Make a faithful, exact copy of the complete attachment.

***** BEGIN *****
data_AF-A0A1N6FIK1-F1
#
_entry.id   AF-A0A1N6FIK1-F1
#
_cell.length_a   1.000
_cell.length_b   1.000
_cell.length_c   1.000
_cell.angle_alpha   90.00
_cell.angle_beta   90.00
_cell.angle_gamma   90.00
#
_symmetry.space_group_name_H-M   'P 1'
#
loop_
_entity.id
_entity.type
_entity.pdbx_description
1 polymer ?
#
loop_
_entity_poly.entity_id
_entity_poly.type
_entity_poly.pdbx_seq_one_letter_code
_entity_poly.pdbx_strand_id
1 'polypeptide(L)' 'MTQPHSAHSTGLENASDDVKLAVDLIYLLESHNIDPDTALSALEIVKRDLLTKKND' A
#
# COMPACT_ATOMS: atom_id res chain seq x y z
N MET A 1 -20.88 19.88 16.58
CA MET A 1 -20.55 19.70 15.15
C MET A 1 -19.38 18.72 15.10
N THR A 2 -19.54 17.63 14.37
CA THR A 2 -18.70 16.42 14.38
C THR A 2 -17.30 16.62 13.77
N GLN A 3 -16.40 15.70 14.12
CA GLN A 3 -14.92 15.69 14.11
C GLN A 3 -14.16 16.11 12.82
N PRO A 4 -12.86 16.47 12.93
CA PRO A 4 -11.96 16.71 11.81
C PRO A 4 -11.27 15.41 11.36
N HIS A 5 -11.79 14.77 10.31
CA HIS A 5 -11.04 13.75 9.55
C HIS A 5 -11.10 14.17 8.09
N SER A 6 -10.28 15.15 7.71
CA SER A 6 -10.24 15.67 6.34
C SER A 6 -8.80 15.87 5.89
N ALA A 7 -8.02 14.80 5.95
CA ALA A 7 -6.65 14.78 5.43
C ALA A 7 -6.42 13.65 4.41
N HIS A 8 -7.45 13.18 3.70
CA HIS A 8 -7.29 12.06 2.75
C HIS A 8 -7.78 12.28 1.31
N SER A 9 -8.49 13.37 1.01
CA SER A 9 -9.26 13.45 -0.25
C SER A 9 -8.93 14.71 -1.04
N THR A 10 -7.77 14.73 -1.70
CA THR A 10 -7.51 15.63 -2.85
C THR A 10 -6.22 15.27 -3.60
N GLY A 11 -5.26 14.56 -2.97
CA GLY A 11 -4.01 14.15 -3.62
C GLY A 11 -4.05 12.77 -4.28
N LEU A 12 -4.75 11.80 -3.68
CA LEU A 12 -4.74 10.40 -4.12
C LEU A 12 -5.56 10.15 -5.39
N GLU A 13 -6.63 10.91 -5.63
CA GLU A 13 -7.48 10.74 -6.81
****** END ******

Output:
data_AF-A0A1N6FIK1-F1
#
_entry.id   AF-A0A1N6FIK1-F1
#
_cell.length_a   1.000
_cell.length_b   1.000
_cell.length_c   1.000
_cell.angle_alpha   90.00
_cell.angle_beta   90.00
_cell.angle_gamma   90.00
#
_symmetry.space_group_name_H-M   'P 1'
#
loop_
_entity.id
_entity.type
_entity.pdbx_description
1 polymer ?
#
loop_
_entity_poly.entity_id
_entity_poly.type
_entity_poly.pdbx_seq_one_letter_code
_entity_poly.pdbx_strand_id
1 'polypeptide(L)' 'MTQPHSAHSTGLENASDDVKLAVDLIYLLESHNIDPDTALSALEIVKRDLLTKKND' A
#
# COMPACT_ATOMS: atom_id res chain seq x y z
N MET A 1 -20.88 19.88 16.58
CA MET A 1 -20.55 19.70 15.15
C MET A 1 -19.38 18.72 15.10
N THR A 2 -19.54 17.63 14.37
CA THR A 2 -18.70 16.42 14.38
C THR A 2 -17.30 16.62 13.77
N GLN A 3 -16.40 15.70 14.12
CA GLN A 3 -14.92 15.69 14.11
C GLN A 3 -14.16 16.11 12.82
N PRO A 4 -12.86 16.47 12.93
CA PRO A 4 -11.96 16.71 11.81
C PRO A 4 -11.27 15.41 11.36
N HIS A 5 -11.79 14.77 10.31
CA HIS A 5 -11.04 13.75 9.55
C HIS A 5 -11.10 14.17 8.09
N SER A 6 -10.28 15.15 7.71
CA SER A 6 -10.24 15.67 6.34
C SER A 6 -8.80 15.87 5.89
N ALA A 7 -8.02 14.80 5.95
CA ALA A 7 -6.65 14.78 5.43
C ALA A 7 -6.42 13.65 4.41
N HIS A 8 -7.45 13.18 3.70
CA HIS A 8 -7.29 12.06 2.75
C HIS A 8 -7.78 12.28 1.31
N SER A 9 -8.49 13.37 1.01
CA SER A 9 -9.26 13.45 -0.25
C SER A 9 -8.93 14.71 -1.04
N THR A 10 -7.77 14.73 -1.70
CA THR A 10 -7.51 15.63 -2.85
C THR A 10 -6.22 15.27 -3.60
N GLY A 11 -5.26 14.56 -2.97
CA GLY A 11 -4.01 14.15 -3.62
C GLY A 11 -4.05 12.77 -4.28
N LEU A 12 -4.75 11.80 -3.68
CA LEU A 12 -4.74 10.40 -4.12
C LEU A 12 -5.56 10.15 -5.39
N GLU A 13 -6.63 10.91 -5.63
CA GLU A 13 -7.48 10.74 -6.81